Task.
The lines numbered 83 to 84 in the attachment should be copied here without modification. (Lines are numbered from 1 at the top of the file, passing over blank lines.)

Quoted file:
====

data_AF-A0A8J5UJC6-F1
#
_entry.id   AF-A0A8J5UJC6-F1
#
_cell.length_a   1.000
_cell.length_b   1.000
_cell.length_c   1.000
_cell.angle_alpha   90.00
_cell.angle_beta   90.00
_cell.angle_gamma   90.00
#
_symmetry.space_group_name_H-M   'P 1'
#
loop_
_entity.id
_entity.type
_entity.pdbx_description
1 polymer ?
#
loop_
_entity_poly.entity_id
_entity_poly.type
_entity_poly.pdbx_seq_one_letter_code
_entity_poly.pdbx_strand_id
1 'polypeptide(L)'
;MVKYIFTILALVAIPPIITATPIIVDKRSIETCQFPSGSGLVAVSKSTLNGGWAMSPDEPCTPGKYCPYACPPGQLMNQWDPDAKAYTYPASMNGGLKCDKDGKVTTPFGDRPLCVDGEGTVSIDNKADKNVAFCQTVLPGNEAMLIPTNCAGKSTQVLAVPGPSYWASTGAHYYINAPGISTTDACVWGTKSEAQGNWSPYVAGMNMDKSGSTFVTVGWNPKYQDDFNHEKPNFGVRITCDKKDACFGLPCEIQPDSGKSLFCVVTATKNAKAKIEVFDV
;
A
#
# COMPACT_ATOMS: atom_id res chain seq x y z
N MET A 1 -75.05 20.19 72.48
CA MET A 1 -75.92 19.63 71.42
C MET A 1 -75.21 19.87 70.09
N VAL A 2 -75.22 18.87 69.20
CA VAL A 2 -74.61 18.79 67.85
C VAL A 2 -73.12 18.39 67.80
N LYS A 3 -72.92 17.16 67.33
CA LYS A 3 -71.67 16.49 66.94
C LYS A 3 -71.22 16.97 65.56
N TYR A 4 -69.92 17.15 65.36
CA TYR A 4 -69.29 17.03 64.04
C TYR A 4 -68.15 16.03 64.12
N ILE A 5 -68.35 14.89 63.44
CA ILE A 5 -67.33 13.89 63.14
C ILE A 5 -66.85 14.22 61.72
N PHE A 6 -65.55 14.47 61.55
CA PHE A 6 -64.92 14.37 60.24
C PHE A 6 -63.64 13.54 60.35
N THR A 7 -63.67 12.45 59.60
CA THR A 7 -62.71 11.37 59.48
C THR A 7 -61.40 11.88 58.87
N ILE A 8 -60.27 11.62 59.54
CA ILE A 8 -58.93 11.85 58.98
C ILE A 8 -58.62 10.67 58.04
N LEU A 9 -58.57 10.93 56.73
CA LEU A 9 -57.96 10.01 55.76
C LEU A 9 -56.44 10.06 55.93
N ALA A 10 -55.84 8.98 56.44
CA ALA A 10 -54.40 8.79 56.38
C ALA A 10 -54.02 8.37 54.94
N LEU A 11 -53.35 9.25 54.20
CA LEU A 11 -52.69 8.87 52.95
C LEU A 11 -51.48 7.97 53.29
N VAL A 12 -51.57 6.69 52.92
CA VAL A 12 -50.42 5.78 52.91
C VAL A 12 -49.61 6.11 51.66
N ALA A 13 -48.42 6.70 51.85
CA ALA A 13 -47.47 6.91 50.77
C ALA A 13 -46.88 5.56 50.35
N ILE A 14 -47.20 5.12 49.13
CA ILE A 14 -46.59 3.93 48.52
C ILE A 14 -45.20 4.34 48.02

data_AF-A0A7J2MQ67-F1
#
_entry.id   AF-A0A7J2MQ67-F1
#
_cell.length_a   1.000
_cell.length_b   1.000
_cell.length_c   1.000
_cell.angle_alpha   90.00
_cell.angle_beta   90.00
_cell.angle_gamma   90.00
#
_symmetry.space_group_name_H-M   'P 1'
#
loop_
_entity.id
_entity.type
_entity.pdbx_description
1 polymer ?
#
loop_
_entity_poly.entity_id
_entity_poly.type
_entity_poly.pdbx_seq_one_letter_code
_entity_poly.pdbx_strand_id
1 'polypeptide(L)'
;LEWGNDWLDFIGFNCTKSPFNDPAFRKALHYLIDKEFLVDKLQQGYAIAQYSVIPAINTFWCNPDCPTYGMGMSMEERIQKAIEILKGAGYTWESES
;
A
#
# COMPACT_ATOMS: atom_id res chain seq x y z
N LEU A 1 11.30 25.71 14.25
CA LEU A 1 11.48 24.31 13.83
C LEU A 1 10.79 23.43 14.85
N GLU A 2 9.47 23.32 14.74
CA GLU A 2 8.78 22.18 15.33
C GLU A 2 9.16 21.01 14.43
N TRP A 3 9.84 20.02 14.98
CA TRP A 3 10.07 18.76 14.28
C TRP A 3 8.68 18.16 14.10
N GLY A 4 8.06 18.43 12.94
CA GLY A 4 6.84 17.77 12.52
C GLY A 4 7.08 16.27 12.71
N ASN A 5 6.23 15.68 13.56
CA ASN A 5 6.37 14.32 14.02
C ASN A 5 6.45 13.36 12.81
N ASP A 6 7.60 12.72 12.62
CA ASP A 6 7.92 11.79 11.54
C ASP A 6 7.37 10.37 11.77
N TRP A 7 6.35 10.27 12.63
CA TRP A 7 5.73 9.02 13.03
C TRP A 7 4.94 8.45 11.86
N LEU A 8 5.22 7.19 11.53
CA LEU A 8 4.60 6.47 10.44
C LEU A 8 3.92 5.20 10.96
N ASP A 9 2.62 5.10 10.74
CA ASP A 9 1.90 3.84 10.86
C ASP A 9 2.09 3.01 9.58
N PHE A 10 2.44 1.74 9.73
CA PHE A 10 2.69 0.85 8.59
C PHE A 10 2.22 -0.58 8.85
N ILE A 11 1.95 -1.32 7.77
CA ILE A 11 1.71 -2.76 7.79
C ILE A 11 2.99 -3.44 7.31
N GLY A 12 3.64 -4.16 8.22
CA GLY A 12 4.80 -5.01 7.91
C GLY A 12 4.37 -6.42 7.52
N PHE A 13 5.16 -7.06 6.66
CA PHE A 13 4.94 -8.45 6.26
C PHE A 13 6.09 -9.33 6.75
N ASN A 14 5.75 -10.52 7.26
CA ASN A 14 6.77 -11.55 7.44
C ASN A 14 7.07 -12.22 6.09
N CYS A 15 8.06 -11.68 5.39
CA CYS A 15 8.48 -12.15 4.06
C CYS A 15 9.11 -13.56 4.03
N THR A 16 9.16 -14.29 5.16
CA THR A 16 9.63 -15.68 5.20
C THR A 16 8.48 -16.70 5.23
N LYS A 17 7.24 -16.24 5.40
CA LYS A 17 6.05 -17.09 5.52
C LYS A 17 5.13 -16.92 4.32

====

#
_symmetry.space_group_name_H-M   'P 1'